Expert review by:
Dr Melissa Oldham

Habits can be both beneficial and detrimental to our health and wellbeing. This is why it is important to evaluate our habits and consider how we can establish new healthier behaviours into our routine. 

A habit is a behaviour that we repeat on a regular basis, and these often happen automatically without much conscious thought. Habits are formed by making behavioural associations with particular actions and contextual cues by repetitive patterns of behaviour. Our brains programme our behaviours in this way to allow us to focus on the conscious decisions in our day that take priority, rather than using up all our brain power on brushing our teeth or getting dressed. While there is good reason for our minds to process in this way, it can mean that some unhealthy behaviours can be worked into a daily routine without much consideration. Research has also shown that habits can outweigh intentions when it comes to some health behaviours.

A study from Duke University revealed that over 40% of our daily behaviours are determined by habits. This suggests that there is huge potential to influence your life by eliminating bad habits and creating good ones instead. Pretty empowering eh?

Breaking bad habits

Breaking bad habits can be tricky, especially if you have been doing them for a long time. But the brain is a very clever organ. It is malleable and can adapt and evolve over time through something called ‘neuroplasticity’. We can actually rewire the brain, through repeating new behaviours, to function differently.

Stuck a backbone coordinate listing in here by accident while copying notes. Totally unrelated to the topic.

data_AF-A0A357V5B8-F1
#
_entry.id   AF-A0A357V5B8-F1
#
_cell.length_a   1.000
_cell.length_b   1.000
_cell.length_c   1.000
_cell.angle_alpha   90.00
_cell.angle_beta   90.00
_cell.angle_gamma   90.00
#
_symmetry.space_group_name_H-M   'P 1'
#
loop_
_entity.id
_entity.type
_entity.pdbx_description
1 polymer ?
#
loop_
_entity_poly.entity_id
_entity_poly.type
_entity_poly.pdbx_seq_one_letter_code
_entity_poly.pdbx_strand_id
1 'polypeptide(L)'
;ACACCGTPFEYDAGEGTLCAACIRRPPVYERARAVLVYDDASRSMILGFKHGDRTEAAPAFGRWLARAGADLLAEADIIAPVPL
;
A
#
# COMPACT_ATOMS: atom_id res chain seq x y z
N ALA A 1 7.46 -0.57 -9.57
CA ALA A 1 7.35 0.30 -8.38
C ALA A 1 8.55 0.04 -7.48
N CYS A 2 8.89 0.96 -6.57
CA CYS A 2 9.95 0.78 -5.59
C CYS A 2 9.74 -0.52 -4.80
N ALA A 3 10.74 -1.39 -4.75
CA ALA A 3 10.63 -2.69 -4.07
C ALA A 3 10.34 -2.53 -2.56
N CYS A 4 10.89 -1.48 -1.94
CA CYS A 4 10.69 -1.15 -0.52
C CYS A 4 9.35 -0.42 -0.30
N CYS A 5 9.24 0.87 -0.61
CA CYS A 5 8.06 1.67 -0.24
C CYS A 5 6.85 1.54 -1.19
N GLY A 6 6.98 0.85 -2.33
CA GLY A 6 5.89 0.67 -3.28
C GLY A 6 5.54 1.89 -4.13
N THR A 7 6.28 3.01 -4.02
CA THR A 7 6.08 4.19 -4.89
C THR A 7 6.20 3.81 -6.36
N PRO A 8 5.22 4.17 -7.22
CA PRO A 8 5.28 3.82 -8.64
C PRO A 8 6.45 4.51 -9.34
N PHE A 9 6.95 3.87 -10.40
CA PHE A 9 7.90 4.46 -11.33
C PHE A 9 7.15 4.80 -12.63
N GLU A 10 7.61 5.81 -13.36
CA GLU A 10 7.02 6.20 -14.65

Think of it this way. The neural pathways in the brain are a bit like pathways in a forest. If you walk the same route everyday through the forest, that pathway will become wide and clear as it gets used overtime. If you stop using that pathway, and start walking a new route, then the old pathway, with discontinued use, will eventually become smaller, less easy to walk down, and eventually overgrown and unable to use. Equally, the new path will slowly, over time as you walk down it each day, become easier to walk down, with fewer obstructions, until in time it is a clear wide pathway that is easy to use. 

This reflects the process of breaking bad habits in the brain works. Initially, the brain wants to walk down the old pathway, because it’s familiar. But the longer that you practise the new habit in replacement of the old one, the bad habit will slowly fall out of your subconscious behaviours and be overwritten with your new habit. 

Implementing your new habit will take time, practise and motivation. As time goes on, the easier it will become until you no longer need to think consciously about this behaviour at all –  it just comes naturally. Below is some advice on how to break habits and change behaviour.

How to create positive habits

  • Evaluate your daily routine – what behaviours benefit or hinder you? 
  • Choose one of these to work on at a time and focus your attention on it.
  • Create an action plan. Write down or verbalise your intention to change this habit.
  • Monitor your progress. Either choose to hold yourself accountable for this change, or ask someone else to check in on your progress.